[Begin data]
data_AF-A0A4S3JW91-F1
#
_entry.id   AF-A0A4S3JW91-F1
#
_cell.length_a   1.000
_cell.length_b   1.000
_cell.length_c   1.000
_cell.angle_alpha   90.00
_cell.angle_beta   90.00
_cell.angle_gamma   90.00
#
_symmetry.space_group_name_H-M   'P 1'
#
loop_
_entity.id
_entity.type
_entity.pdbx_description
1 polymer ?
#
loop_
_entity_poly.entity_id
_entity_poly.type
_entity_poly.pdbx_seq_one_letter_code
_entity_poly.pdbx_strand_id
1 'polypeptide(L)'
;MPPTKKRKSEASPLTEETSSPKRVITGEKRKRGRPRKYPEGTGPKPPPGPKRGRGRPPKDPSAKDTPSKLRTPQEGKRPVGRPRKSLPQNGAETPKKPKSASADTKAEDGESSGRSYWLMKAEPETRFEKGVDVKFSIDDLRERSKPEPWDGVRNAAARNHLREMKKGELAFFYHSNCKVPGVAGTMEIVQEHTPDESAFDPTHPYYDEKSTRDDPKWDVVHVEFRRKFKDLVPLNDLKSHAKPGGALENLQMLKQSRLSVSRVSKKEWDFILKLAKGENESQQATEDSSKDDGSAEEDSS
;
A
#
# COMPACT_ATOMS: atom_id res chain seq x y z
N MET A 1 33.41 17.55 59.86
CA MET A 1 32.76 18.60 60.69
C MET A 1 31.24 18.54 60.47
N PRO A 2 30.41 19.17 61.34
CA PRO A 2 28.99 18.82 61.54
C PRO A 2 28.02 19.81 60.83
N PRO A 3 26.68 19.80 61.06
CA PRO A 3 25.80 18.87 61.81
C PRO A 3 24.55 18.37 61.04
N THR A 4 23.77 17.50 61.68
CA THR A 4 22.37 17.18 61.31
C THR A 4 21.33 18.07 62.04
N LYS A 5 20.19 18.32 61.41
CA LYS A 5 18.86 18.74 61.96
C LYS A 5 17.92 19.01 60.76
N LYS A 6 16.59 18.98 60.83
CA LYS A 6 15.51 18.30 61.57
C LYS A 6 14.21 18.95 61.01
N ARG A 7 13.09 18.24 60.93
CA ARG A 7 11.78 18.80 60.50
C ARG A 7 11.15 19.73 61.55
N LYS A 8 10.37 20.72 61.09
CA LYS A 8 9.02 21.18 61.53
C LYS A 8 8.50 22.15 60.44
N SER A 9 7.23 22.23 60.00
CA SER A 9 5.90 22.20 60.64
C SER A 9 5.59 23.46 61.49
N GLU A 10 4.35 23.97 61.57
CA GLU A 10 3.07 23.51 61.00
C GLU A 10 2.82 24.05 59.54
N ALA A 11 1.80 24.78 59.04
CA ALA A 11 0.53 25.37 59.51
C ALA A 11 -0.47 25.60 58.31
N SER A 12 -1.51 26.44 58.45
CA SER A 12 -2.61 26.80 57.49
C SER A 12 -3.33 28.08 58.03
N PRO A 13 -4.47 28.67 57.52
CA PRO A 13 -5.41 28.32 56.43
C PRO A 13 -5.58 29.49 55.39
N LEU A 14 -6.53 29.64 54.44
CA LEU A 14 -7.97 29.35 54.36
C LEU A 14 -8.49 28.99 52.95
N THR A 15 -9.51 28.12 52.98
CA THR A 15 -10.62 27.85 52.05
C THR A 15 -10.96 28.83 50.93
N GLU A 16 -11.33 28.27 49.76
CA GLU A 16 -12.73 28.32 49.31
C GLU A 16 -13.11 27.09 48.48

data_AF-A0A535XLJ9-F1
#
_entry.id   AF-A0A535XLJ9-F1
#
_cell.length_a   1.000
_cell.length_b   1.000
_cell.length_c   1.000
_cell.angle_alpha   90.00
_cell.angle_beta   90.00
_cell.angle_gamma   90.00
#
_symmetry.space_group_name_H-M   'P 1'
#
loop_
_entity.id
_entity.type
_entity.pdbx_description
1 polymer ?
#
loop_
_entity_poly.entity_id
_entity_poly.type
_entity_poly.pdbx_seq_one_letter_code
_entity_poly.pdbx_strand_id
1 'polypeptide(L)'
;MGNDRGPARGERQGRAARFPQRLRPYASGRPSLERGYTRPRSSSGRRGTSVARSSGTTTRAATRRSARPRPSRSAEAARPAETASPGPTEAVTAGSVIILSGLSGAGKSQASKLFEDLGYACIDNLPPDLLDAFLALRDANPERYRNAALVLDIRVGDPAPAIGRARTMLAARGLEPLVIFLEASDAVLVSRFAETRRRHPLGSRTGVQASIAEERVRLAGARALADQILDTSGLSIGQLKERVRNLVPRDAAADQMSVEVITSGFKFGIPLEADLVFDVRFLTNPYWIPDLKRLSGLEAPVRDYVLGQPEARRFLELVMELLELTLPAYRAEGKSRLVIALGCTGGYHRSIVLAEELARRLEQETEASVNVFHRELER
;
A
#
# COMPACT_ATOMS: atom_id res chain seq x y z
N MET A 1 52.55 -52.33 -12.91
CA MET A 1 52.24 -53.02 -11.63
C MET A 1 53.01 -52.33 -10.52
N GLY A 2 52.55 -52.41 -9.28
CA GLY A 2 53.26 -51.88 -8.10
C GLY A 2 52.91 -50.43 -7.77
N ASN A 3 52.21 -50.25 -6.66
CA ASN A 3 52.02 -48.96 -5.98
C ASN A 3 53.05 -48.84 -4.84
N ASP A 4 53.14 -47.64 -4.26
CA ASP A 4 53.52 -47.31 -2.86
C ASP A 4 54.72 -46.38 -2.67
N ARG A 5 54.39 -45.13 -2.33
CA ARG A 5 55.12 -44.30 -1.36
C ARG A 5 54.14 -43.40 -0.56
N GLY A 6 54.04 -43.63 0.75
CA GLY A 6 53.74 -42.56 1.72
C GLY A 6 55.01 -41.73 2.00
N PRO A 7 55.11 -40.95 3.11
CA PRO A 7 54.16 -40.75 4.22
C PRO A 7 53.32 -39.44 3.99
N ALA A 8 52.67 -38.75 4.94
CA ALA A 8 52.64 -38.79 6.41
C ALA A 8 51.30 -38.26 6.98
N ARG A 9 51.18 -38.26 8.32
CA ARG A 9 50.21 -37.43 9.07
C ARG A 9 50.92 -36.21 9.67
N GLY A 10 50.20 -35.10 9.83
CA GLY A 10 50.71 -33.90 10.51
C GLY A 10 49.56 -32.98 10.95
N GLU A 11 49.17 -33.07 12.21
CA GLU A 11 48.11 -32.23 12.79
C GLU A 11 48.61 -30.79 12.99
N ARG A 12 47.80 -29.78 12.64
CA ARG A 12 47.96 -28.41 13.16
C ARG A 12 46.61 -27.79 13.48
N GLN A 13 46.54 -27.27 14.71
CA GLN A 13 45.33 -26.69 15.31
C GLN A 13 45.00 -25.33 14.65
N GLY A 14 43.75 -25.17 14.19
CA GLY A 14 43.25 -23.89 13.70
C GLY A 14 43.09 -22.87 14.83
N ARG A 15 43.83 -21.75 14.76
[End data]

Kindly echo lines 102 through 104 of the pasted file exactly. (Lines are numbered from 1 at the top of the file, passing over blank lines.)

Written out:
_entity_poly.pdbx_strand_id
1 'polypeptide(L)'
;MGNDRGPARGERQGRAARFPQRLRPYASGRPSLERGYTRPRSSSGRRGTSVARSSGTTTRAATRRSARPRPSRSAEAARPAETASPGPTEAVTAGSVIILSGLSGAGKSQASKLFEDLGYACIDNLPPDLLDAFLALRDANPERYRNAALVLDIRVGDPAPAIGRARTMLAARGLEPLVIFLEASDAVLVSRFAETRRRHPLGSRTGVQASIAEERVRLAGARALADQILDTSGLSIGQLKERVRNLVPRDAAADQMSVEVITSGFKFGIPLEADLVFDVRFLTNPYWIPDLKRLSGLEAPVRDYVLGQPEARRFLELVMELLELTLPAYRAEGKSRLVIALGCTGGYHRSIVLAEELARRLEQETEASVNVFHRELER